Next came our time of sharing joys and concerns, and then we prayed. Another hymn followed, then the scripture readings (all three of them, for better or for worse), and finally, the focus of my anxiety, the sermon.

Somehow I had invested two people in my life with the power to bring down the house of cards of my imagined gifts for ministry. But by this point in the emotional morning, I wasn’t thinking of that anymore.

“These priests stand in the stream of time, holding the sacred at the center, making it possible for the people to move forward to a new life.”

This is what I’ve learned in three years at Small Church. I’ve learned how to hold the sacred at the center, standing in the stream of time and events, of crises and dramas, making it possible for the congregation to move forward, not just in the large areas of organization and vision, but in the act of worship, one week after another.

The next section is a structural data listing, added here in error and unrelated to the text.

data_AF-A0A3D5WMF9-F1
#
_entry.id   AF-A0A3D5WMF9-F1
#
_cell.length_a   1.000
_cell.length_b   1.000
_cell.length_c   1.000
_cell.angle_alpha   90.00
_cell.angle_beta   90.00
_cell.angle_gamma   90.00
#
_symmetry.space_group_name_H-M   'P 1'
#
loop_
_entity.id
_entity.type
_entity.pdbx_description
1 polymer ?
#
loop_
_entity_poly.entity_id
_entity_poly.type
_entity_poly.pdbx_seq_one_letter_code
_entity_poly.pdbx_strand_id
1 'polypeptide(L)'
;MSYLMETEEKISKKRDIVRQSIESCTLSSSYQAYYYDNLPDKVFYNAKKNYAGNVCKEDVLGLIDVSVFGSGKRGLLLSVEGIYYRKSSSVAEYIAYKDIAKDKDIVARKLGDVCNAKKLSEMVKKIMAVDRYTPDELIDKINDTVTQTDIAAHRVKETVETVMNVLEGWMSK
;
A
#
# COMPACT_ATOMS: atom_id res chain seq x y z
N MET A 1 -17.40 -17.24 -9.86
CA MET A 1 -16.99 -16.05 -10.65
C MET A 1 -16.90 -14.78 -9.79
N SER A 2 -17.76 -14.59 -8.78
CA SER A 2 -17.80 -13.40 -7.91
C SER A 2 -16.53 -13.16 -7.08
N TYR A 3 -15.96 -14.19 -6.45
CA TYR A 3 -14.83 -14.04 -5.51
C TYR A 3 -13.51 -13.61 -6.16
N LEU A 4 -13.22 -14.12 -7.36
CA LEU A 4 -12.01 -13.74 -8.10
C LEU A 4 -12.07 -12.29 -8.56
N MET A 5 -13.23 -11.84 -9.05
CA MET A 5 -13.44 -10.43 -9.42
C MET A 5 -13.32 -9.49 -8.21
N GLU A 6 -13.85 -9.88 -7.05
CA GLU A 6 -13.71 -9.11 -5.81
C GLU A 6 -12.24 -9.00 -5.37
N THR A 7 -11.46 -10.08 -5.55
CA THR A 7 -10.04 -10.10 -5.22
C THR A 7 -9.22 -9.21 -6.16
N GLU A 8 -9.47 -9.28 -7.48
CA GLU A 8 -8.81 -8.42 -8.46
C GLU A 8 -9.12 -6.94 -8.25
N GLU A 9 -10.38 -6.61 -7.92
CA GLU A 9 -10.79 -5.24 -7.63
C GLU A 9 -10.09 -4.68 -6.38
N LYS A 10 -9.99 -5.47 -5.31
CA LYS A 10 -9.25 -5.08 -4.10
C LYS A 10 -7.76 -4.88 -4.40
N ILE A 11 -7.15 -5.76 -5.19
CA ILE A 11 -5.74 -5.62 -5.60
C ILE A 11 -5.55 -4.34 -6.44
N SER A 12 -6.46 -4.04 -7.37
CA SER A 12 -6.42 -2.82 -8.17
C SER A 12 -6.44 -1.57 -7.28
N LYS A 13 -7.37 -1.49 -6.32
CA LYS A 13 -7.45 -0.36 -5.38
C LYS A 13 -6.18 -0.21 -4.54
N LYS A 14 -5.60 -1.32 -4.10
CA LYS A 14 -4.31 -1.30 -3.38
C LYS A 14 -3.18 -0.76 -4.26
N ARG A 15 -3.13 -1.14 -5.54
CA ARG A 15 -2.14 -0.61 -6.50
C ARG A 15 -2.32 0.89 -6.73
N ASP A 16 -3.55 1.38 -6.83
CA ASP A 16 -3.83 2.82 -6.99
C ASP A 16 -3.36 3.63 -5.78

I thank God for the learning of these three years. I thank God for the warmth and caring the people of Small Church show to old friends and new, to the well-dressed ex-husband of the pastor and the barely sober high school classmate of the Head Deacon. I thank God that Gentle Deacon seems to be fine and probably just didn’t eat a diabetic-appropriate breakfast. I thank God that by the time the compliments came, they didn’t matter to me anymore.

I thank God for this call to ministry. Amen!

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20 thoughts on “How It Went”

  1. It is a true gift to be able to hold on to the sacred in the midst of the trials and the tedium of life. I know you are a blessing to your congregation every day.